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  • Writer's pictureTX Cigar Pirate

The Infliction of Children

Now right off the bat there may be those of you who have misread the title or, if you went to school where I did, may just not know the word, “infliction”. Infliction means: to cause damage, harm, or unpleasantness to somebody or something or to impose a burden on another. Parents of small children, this is where you need to start paying attention. I'm talking to you.

Exactly when in this country did it become acceptable for parents to inflict their children upon other people? You go into a nice restaurant. Now let us define “Nice” for those that think Chili’s or Red Lobster is a nice restaurant and fine dinning. “Nice” means better than Chili’s. Someplace where the main objective isn’t to scarf something down and drink like a sieve before going out to a club. Ok, so you go to a nice restaurant. You and your wife, husband, girlfriend, boyfriend, date… who ever sit down, talk, order drinks, look over the menu. Start having a nice conversation, a few laughs… and then out of nowhere comes the ear-piercing screech of a small child. Your first thought. Ouch, are my ears bleeding yet? And then you wait for one of two things to happen. The resounding thwack of a kid getting popped by it’s mother or the draft of fast moving air as the child is swooped up and carried into the parking lot. But you wait…

and wait some more...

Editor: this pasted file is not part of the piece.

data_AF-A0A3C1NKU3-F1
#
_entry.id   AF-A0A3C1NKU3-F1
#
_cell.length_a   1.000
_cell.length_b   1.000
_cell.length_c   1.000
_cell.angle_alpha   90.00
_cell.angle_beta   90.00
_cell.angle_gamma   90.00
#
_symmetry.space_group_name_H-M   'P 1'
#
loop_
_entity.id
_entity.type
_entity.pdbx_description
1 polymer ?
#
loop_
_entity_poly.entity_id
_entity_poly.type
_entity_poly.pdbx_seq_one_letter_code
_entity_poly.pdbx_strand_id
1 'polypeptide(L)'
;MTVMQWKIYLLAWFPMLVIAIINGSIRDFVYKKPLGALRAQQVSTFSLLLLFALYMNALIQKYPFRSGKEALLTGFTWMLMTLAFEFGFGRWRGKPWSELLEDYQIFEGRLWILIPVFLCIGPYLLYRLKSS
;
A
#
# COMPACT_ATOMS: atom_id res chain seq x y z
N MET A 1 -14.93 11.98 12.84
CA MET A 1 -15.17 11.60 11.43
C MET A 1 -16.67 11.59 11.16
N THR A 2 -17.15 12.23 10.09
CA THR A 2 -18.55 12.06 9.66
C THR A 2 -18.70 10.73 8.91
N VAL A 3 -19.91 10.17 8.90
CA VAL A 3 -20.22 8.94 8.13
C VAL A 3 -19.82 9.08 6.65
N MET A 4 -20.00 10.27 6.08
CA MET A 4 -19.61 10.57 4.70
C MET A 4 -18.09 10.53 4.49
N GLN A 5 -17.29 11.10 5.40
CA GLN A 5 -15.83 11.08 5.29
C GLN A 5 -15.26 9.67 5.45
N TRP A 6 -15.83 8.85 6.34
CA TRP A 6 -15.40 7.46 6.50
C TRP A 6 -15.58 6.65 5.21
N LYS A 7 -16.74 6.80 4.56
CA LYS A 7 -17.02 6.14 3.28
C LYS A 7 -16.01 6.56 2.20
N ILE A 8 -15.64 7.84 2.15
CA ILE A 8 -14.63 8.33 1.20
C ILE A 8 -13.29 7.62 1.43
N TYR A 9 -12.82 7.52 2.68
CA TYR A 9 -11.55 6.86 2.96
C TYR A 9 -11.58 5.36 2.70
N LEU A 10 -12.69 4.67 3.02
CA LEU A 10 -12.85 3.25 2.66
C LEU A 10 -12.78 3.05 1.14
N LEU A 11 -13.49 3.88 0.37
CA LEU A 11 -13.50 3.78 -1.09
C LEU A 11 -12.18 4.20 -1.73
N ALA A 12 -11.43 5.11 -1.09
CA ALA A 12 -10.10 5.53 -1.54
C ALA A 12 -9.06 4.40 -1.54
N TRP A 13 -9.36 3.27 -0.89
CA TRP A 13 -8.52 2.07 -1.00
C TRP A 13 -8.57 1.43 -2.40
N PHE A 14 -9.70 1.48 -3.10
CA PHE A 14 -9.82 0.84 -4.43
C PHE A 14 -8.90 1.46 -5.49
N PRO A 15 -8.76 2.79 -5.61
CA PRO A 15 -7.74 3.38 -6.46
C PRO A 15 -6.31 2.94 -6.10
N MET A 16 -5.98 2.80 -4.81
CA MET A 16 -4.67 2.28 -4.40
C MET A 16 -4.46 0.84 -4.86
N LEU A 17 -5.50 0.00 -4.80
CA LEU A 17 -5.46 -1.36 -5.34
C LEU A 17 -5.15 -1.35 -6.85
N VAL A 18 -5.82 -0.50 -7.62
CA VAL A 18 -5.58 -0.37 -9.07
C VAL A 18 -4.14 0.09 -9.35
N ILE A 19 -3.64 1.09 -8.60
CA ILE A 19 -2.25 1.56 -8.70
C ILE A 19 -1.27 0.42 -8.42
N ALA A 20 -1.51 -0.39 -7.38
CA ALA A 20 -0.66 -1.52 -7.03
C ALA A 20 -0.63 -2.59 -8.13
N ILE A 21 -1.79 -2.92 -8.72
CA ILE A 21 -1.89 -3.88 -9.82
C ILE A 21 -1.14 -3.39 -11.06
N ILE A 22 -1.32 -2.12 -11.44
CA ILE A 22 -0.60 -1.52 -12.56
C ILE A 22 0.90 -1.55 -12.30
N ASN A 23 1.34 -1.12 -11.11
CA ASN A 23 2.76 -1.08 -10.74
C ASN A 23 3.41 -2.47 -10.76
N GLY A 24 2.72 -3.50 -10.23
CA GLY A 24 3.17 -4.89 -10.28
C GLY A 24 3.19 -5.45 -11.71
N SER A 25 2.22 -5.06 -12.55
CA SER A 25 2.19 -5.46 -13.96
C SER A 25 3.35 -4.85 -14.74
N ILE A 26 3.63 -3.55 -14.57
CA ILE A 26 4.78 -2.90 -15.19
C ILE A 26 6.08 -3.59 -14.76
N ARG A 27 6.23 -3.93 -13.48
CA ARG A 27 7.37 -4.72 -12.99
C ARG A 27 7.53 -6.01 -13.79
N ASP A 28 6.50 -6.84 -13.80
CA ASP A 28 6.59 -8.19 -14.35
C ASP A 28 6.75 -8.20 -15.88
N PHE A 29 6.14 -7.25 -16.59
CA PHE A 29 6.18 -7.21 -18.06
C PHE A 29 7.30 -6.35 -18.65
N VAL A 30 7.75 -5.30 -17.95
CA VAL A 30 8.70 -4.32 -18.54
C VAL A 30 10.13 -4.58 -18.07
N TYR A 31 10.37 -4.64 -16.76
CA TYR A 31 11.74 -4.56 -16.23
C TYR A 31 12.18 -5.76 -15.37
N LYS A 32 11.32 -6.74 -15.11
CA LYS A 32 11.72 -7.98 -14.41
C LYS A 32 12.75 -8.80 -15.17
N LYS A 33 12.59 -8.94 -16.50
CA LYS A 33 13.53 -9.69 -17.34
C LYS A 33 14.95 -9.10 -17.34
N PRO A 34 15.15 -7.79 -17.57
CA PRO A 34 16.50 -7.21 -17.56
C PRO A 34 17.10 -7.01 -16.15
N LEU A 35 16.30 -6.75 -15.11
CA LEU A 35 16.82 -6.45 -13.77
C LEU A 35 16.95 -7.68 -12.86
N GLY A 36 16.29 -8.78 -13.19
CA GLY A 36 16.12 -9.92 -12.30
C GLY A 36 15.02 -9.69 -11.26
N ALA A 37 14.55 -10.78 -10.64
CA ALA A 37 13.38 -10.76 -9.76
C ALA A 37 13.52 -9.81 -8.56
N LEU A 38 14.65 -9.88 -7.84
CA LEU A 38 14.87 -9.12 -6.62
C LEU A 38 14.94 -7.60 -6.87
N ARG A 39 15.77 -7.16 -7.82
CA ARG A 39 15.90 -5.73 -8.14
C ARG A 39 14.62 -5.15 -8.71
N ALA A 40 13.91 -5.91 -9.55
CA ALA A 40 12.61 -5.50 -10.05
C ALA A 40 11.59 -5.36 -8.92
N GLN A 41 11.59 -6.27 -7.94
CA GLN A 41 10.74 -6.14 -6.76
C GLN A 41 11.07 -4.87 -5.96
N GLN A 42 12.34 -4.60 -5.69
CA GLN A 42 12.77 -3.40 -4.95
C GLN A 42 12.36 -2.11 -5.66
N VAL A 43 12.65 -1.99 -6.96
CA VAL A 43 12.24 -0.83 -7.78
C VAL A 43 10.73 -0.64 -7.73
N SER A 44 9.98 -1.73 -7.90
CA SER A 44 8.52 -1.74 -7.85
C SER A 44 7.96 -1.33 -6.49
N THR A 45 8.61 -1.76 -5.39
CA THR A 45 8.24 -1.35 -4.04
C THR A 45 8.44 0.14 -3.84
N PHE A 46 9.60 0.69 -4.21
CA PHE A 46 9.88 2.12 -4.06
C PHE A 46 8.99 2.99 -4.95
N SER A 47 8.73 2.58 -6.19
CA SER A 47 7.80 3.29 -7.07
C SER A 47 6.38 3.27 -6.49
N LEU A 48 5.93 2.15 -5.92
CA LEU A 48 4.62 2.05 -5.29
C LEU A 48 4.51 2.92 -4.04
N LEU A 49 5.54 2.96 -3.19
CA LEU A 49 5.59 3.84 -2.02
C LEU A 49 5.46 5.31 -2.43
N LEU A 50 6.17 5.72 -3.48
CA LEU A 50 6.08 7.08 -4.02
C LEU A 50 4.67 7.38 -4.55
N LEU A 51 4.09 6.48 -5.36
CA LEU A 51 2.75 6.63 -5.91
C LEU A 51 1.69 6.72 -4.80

And the only thing you hear is the repeated cries and screams and attitude of someone else’s child. The leers and stares of the other patrons in the restaurant do nothing to stem the tide of caterwauling that has done nothing but increasingly grow louder. The parents carry on, oblivious to the disruption because somewhere they read in some book that if you ignore a child when this happens they will eventually stop. Now they will stop, but not before they’ve almost ruined the evening of almost everyone around you and half of them now have eyes that are bleeding. Quit inflicting your child on other people. Your little darling is not more precious than anyone else’s. Regardless of what your mother tells you. My mother, who raised me right, told me I was pretty good in restaurants when I was little. There was a reason for this. If I had been too fussy that day, my parents didn’t go out. Or we went someplace where it didn’t matter like a burger joint. If I got fussy in a restaurant we left. If I even got the intake of air into my lungs to scream out, my mother would have me jerked up by the hand, dangling by one arm, standing in the parking lot before I could utter a single sound. Why, because she didn’t want me to bother other people and would have felt embarrassed if it would have happened. Once I was a little older the last thing I would have wanted to do was embarrass my mother and then experience her wrath all the way home and once we got there. Let’s face it. Attitudes have changed over the years and they will continue to do so. But if you don’t grab control over a kid when they are young you are really in for it when they become teenagers. I’ve seen it. I’m observant to human nature. I pay attention. And after telling many of my friends over the years about it and getting sneered at, I can now point and laugh and say I told you so. Over a nice frosty adult beverage mind you and in fun, but I told you so still the same. The busy bodies in my area of the country have made it illegal to smoke in restaurants. Smoking sections were my way out considering most parents wont sit in smoking. So now I ask for the no screaming child section. I also tell them don’t put them around me if they come in. They have been warned in my opinion. So if you happen to be in a nice restaurant with a screaming child and someone leans over to you and says, “You know, they’ll quit screaming like that if you put their head in a dry cleaning bag.” That will be me.

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